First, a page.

He knew nature, whereas Coleridge, perhaps, had to take his awareness of nature one step further by way of imagination. Nature and experiencing nature was a major ingredient to the era of Romanticism.
William Blake William Blake William Blake was a spiritualist and lover of nature and was one who was all about "seeing" versus one who was not. This "seeing" or raising one's level of awareness as well as experiencing were additional ingredients to the Romanticism era.
Blake's Songs of Innocence presented us with language representative of sight through the eyes of a child. His Songs of Experience, then, represented his view that one must experience to see and that experience, too, can corrupt people, thus taking away the child's innocence.
Blake clearly had a vivid imagination, noteworthy of this era.
Songs of Innocence and Songs of Experience depict a popular polarization, as did his piece of The Marriage of Heaven and Hella firm collection of thought.
Good is the passive that obeys Reason. Evil is the active springing form Energy. Blake subscribed to his own writing method, dispensing with the conventional methods of the previous Age of Reason.
He utilized his own individualistic view with the use of his own design, which involved his creative abilities of thought and imagination. He deployed his spiritual beliefs and love of nature in his works.
He was interested in the ways people used their respective thought processes as well as the manner in which they acted.William Blake (28 November – 12 August ) was an English poet, painter, and printmaker.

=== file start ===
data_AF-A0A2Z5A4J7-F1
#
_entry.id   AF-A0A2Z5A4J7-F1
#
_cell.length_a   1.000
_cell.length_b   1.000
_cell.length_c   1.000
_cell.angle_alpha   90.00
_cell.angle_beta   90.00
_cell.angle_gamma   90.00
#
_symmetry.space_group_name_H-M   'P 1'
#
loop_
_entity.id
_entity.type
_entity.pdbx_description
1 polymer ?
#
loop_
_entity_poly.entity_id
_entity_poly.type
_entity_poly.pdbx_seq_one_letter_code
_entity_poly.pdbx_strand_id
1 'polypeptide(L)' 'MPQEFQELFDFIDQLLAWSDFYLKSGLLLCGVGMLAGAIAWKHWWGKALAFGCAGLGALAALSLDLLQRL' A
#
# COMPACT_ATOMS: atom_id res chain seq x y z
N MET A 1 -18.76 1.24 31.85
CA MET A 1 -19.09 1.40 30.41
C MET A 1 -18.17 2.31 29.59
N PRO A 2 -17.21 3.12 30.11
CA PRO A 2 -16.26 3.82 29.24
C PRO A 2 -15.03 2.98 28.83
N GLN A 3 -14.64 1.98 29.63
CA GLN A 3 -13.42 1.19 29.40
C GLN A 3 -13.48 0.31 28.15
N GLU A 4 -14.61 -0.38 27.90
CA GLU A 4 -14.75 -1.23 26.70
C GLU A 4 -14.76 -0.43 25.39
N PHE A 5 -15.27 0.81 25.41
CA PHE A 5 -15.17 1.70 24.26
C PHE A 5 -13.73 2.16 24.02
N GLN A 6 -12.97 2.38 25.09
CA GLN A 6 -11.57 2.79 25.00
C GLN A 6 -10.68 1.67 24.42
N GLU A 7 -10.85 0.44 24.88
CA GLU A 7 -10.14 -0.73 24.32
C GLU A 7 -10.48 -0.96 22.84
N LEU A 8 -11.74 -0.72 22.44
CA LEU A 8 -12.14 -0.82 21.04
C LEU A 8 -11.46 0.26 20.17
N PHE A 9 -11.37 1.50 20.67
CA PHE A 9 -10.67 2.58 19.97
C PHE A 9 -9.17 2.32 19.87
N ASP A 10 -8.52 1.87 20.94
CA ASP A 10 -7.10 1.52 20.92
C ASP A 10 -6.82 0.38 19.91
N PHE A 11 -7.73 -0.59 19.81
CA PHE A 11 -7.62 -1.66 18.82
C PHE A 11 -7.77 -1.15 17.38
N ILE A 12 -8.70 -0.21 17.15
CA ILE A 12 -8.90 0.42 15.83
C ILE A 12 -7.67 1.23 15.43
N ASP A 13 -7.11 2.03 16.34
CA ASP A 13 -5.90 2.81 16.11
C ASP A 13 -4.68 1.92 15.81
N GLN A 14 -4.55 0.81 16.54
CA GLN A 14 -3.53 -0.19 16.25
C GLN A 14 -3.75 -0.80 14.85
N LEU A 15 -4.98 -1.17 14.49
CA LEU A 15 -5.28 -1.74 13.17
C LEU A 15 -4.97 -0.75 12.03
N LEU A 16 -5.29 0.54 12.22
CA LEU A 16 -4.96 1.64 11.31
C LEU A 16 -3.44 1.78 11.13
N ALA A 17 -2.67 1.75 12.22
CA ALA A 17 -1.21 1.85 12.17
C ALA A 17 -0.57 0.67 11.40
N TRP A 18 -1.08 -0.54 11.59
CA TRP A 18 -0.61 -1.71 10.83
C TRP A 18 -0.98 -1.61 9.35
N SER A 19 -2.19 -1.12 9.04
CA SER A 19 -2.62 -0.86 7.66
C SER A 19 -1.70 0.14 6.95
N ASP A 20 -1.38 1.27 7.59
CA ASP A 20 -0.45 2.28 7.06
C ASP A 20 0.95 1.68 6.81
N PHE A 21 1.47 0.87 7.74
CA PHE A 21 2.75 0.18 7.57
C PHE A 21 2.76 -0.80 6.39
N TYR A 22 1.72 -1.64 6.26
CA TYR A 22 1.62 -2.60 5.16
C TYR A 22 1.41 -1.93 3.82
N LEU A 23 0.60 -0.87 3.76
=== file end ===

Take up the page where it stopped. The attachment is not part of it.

Largely unrecognised during his lifetime, Blake is now considered a seminal figure in the history of the poetry and visual arts of the Romantic attheheels.com he called his prophetic works were said by 20th-century critic Northrop Frye to form "what is in proportion to its merits the least read body of.
Romantic literature in English Jump to The Romantic period was one of major social change in England, because of the depopulation of the countryside and the rapid development of overcrowded industrial cities, that took place in the period roughly between and The poet, painter, and printmaker William Blake (–) was an.
William Blake is considered a marginal member of the early Romantic movement.. The Romantics wrote with many of the following characteristics in their work: a return to nature; idealization of.
William Blake's significance in the Romantic movement came late in the 19th century, after what is officially considered the Romantic period.
William Blake’s position in the Romantic Movement can be considered nothing short of a leading author and a key source of passion. In keeping with Romantic concepts such as the emotions of awe, terror, and horror, Blake painted powerful pictures of nature and God.
Search in the poems of William Blake: an English poet, painter, and printmaker. Largely unrecognised during his lifetime, Blake is now considered a seminal figure in the history of both the poetry and visual arts of the Romantic Age.